In the last decade, we have witnessed a new generation of car safety systems known as “active safety systems.” These are intelligent systems that have the power to prevent accidents just before they occur. Alongside the great promise of active safety, there is also a dark side. What is it about, and how can SaverOne change the picture?
Since the invention of the car in the late 19th century, there has been an internal arms race in the automotive industry. Cars are becoming faster, more accessible, and more common, which increases the risk of road accidents, and therefore the safety components in vehicles are becoming more sophisticated. The seat belt, the ABS, the airbag, and other measures caused a safety revolution that reduced casualties in road accidents. But the significant factor in road accidents is the human factor, and in recent decades, its conduct has only increased the danger.
One of the things that make us human is that we are bound to make mistakes from time to time. But while driving, a mistake can cost a human life. At the same time, the world has become digital, global, and virtual. We have become accustomed to being connected to technology, and driving comes at a heavy price.
This phenomenon is known as cellular distractions and has had a heavy statistical expression on the number of road deaths. Although lawmakers worldwide have responded relatively quickly to the problem and enacted laws banning the dangerous use of cell phones while driving, cell phone distractions are still a significant factor in road accidents.
Therefore, in the previous decade, we started to meet safety systems that directly addressed the human factor for the first time. We are talking about primarily alert-focused systems that detect a dangerous approach or lane departure and draw the driver’s attention in a series of beeps and flashes.
Although these systems gave a specific value, they did not manage to deal with the problem of distractions – the systems beeped, and people were still hurt. It was clear that another step needed to be taken, leading us into the age of active safety.
Take command instead of the driver
The rationale for active safety states that because the driver is not alert, an intelligent system should take matters into its own hands, enforce it, and avoid danger. As a result of this approach, different types of active safety systems were born:
- Adaptive cruise control
Cruise control systems are not new in the landscape. In the early seventies, we encountered systems that allow the vehicle to cover distances at a constant speed without the driver straining. The essential difference is that the new generation cruise control systems also know how to navigate and include sensors that detect the distance from the vehicle in front of us. If the driver does not respond in time, the adaptive cruise control will take over the brakes and bring the car to deceleration in case of need for a complete stop.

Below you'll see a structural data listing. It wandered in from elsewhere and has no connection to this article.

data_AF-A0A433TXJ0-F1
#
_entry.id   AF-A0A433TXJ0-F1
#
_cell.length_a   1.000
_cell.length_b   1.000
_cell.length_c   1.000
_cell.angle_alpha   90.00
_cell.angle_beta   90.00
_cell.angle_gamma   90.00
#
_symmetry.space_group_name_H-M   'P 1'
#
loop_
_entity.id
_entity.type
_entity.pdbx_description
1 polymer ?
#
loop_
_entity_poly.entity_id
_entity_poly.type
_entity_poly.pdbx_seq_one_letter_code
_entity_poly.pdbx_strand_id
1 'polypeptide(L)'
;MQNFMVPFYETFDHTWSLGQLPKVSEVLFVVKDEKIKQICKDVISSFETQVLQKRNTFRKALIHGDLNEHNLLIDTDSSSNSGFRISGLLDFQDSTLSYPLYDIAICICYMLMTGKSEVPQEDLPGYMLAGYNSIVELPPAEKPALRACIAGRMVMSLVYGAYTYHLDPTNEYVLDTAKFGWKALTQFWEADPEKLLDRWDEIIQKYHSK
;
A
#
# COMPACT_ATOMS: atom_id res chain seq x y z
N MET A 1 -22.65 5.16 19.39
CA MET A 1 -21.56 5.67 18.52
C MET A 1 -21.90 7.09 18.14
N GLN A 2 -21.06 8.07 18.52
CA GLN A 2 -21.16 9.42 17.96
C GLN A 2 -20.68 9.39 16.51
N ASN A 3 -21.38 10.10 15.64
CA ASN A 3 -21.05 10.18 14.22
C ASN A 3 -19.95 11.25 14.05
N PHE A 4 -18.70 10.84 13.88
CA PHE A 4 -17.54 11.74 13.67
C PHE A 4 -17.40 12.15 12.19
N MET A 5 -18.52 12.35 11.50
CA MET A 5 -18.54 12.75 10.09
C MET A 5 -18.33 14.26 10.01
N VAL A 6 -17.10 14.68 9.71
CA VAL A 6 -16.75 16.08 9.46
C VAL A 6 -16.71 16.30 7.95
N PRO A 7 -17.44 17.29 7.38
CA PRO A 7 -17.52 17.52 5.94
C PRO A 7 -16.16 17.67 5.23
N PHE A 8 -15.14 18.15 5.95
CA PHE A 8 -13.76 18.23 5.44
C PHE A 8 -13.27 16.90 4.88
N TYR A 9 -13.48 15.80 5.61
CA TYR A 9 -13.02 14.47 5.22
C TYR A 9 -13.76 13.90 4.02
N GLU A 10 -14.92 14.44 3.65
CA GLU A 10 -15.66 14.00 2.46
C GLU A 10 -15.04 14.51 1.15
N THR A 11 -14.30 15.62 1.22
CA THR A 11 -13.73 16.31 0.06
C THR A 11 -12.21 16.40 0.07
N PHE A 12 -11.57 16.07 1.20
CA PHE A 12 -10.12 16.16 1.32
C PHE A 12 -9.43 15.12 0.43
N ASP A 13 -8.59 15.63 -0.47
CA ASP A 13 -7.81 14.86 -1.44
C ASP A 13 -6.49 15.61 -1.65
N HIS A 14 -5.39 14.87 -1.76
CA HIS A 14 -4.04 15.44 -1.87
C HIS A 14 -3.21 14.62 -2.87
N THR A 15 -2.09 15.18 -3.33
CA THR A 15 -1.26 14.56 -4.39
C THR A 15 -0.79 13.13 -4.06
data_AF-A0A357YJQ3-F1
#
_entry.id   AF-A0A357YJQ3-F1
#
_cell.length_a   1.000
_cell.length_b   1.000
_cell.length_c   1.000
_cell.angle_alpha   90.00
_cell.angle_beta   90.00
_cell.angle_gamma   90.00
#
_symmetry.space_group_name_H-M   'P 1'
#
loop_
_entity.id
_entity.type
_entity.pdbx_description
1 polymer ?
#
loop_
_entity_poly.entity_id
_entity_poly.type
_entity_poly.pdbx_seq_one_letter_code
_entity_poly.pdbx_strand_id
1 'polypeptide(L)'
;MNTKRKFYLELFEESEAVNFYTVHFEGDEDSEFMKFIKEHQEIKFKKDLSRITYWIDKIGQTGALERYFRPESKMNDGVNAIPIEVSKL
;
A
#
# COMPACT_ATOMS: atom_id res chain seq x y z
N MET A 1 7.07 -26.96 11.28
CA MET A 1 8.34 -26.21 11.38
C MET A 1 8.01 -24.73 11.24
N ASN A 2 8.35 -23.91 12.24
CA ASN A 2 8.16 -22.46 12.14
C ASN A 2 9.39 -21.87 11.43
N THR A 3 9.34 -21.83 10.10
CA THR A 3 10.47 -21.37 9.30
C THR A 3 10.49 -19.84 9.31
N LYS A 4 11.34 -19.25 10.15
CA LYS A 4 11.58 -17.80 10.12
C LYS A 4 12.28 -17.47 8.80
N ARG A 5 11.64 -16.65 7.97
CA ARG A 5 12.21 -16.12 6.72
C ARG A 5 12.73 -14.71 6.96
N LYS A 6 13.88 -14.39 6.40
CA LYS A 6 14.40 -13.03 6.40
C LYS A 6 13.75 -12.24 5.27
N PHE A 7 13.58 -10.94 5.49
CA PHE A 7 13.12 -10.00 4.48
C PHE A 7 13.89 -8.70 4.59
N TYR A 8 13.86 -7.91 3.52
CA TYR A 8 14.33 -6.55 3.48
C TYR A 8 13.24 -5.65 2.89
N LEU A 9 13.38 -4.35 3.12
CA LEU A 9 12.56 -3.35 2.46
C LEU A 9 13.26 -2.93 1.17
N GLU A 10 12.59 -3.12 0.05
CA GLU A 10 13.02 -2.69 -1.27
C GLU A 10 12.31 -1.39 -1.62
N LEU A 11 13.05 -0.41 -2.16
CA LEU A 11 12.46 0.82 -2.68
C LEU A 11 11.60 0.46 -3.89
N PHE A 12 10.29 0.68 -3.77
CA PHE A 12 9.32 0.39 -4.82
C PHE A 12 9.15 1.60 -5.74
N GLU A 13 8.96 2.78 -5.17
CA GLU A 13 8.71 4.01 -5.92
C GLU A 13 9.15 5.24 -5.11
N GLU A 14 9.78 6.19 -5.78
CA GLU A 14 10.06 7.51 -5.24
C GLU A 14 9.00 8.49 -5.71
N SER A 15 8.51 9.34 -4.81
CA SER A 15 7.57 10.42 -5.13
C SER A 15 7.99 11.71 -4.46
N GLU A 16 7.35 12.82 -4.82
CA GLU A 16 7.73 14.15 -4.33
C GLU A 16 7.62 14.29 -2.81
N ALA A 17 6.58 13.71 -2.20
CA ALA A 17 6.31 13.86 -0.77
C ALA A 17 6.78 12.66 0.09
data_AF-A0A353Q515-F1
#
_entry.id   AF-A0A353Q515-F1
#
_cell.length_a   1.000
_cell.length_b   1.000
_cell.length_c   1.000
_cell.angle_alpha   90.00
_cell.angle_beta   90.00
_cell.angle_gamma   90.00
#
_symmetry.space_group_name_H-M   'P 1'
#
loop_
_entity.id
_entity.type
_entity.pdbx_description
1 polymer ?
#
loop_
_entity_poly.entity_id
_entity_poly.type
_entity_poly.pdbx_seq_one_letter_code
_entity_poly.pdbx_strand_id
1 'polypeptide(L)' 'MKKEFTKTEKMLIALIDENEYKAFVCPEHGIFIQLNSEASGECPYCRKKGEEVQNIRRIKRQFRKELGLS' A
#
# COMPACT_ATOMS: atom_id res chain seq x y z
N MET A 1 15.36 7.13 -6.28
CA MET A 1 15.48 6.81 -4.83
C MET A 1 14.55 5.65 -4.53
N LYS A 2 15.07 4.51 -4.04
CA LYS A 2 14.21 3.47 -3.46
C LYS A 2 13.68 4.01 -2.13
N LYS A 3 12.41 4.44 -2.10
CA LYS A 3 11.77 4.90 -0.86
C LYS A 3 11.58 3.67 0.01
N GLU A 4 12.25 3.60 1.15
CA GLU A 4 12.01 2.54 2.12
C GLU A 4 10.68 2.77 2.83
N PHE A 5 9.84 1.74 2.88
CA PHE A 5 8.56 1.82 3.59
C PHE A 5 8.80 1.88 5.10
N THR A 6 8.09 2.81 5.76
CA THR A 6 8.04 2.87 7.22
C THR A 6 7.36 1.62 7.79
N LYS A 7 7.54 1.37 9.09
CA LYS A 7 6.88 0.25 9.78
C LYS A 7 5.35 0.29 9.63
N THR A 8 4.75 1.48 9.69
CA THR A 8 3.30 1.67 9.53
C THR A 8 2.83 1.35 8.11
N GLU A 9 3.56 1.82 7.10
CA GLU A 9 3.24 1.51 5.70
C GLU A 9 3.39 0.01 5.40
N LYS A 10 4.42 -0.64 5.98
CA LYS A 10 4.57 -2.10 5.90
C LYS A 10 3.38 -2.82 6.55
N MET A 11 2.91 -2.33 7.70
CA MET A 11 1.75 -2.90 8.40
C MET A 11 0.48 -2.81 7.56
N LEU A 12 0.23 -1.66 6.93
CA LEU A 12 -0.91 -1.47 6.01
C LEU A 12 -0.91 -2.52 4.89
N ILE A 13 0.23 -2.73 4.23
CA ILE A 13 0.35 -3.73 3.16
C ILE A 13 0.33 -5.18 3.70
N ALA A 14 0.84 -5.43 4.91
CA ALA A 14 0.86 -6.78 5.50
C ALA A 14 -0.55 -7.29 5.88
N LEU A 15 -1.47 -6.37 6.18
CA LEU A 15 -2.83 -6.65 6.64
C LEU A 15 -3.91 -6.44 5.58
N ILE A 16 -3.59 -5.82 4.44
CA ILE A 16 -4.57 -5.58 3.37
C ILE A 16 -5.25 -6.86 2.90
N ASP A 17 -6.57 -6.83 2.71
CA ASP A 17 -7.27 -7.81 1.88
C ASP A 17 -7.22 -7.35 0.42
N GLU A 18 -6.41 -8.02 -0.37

- Active braking assist
An active braking assist system is based on the same technology described above but focuses on braking. The system is very efficient in slow travel and traffic jams. It is an effective way to prevent your bumper from colliding with the vehicle’s bumper in front of you if you dreamed (or liked Instagram).
A system that makes sure you stay in the lane and maintains a constant margin from the curb even if the driver falls asleep and takes his hands off the steering wheel.
The Autonomous Driving Catch
Active safety systems are a great solution. Indeed, in recent years, we are increasingly encountering these systems and other systems that operate on a similar rationale.
Some vehicles have combined several such active features (cruise control on a pre-determined route with dynamic braking and active steering assist) that create the illusion of autonomous driving.
Today, autonomous driving is the “big elephant in the room,” which is only now beginning to be addressed. Although vehicle manufacturers are careful to point out that the vehicle has advanced active protection systems does not mean that the driver is released from responsibility for what is done on the road; in practice, those vehicles provide an experience that feels like autonomous driving to the driver.
Indeed, in most cases, the vehicle will know how to drive safely and learn how to deal with unforeseen scenarios. Only that on the road “in most cases” it is not enough. Sometimes you need one scenario that the system does not know how to cope with to end the trip in the emergency room (or worse), which is indeed what happens. In the last two years, we have witnessed hundreds of accidents, with many casualties, of cars in autonomous driving mode. In most cases, the presence of an alert driver at the wheel would have prevented the accident. Unfortunately, most of the drivers killed in these accidents were not really behind the wheel but on Facebook or WhatsApp.
A new approach to active safety
The solution offered by SaverOne meets the needs of active safety but in a way that does not deprive the driver of the use of vehicle systems, but only the ability to be immersed in cellular distractions. This condition leaves the focus on driving and essentially prevents the phenomenon of over-reliance on other active safety components.
In doing so, SaverOne restores the balance needed for driving. SaverOne’s activity is reflected in the fact that it does not take over the vehicle. Instead, it blocks all dangerous applications in the mobile phone in the driver’s area, thus preventing cellular distractions.
Since installing many active safety systems grants a taxing discount while purchasing a new car, we can hope that the SaverOne system will also receive a similar status – then there will be more vehicles on Israeli roads that enjoy an actual envelope of active safety.